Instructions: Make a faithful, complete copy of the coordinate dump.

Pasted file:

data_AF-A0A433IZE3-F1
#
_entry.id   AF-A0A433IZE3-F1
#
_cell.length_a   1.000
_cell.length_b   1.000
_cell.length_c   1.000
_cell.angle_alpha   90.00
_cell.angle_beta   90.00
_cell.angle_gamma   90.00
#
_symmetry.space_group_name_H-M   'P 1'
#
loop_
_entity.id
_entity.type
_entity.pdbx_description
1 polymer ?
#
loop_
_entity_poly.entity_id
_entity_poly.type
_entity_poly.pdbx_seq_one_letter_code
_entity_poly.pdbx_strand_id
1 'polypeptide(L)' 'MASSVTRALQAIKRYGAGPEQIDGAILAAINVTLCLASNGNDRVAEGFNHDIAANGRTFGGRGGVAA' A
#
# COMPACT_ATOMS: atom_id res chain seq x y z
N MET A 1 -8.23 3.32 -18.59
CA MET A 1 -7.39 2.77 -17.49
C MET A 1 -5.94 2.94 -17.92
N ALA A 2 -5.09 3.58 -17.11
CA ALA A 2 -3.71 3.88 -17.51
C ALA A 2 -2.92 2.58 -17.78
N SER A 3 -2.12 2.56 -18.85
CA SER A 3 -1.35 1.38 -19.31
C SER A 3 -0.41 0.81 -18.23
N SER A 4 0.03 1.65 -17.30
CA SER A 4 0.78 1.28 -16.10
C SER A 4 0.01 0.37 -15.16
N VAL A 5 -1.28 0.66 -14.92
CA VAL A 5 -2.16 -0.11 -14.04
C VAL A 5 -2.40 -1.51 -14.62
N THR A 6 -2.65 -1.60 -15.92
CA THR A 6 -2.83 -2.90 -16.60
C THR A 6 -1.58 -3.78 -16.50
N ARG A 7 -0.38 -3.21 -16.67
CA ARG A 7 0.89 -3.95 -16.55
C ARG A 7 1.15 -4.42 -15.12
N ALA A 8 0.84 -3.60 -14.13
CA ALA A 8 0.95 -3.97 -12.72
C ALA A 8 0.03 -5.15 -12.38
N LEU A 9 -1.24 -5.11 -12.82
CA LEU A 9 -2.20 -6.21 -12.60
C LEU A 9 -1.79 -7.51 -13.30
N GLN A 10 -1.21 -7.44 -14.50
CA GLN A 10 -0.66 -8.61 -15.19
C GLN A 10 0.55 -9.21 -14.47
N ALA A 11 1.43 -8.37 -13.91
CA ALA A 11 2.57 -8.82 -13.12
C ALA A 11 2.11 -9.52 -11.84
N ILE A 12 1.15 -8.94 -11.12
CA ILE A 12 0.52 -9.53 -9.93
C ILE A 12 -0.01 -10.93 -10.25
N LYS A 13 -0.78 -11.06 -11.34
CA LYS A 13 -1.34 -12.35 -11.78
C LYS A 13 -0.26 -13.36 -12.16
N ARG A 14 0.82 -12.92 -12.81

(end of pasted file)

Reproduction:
data_AF-A0A433IZE3-F1
#
_entry.id   AF-A0A433IZE3-F1
#
_cell.length_a   1.000
_cell.length_b   1.000
_cell.length_c   1.000
_cell.angle_alpha   90.00
_cell.angle_beta   90.00
_cell.angle_gamma   90.00
#
_symmetry.space_group_name_H-M   'P 1'
#
loop_
_entity.id
_entity.type
_entity.pdbx_description
1 polymer ?
#
loop_
_entity_poly.entity_id
_entity_poly.type
_entity_poly.pdbx_seq_one_letter_code
_entity_poly.pdbx_strand_id
1 'polypeptide(L)' 'MASSVTRALQAIKRYGAGPEQIDGAILAAINVTLCLASNGNDRVAEGFNHDIAANGRTFGGRGGVAA' A
#
# COMPACT_ATOMS: atom_id res chain seq x y z
N MET A 1 -8.23 3.32 -18.59
CA MET A 1 -7.39 2.77 -17.49
C MET A 1 -5.94 2.94 -17.92
N ALA A 2 -5.09 3.58 -17.11
CA ALA A 2 -3.71 3.88 -17.51
C ALA A 2 -2.92 2.58 -17.78
N SER A 3 -2.12 2.56 -18.85
CA SER A 3 -1.35 1.38 -19.31
C SER A 3 -0.41 0.81 -18.23
N SER A 4 0.03 1.65 -17.30
CA SER A 4 0.78 1.28 -16.10
C SER A 4 0.01 0.37 -15.16
N VAL A 5 -1.28 0.66 -14.92
CA VAL A 5 -2.16 -0.11 -14.04
C VAL A 5 -2.40 -1.51 -14.62
N THR A 6 -2.65 -1.60 -15.92
CA THR A 6 -2.83 -2.90 -16.60
C THR A 6 -1.58 -3.78 -16.50
N ARG A 7 -0.38 -3.21 -16.67
CA ARG A 7 0.89 -3.95 -16.55
C ARG A 7 1.15 -4.42 -15.12
N ALA A 8 0.84 -3.60 -14.13
CA ALA A 8 0.95 -3.97 -12.72
C ALA A 8 0.03 -5.15 -12.38
N LEU A 9 -1.24 -5.11 -12.82
CA LEU A 9 -2.20 -6.21 -12.60
C LEU A 9 -1.79 -7.51 -13.30
N GLN A 10 -1.21 -7.44 -14.50
CA GLN A 10 -0.66 -8.61 -15.19
C GLN A 10 0.55 -9.21 -14.47
N ALA A 11 1.43 -8.37 -13.91
CA ALA A 11 2.57 -8.82 -13.12
C ALA A 11 2.11 -9.52 -11.84
N ILE A 12 1.15 -8.94 -11.12
CA ILE A 12 0.52 -9.53 -9.93
C ILE A 12 -0.01 -10.93 -10.25
N LYS A 13 -0.78 -11.06 -11.34
CA LYS A 13 -1.34 -12.35 -11.78
C LYS A 13 -0.26 -13.36 -12.16
N ARG A 14 0.82 -12.92 -12.81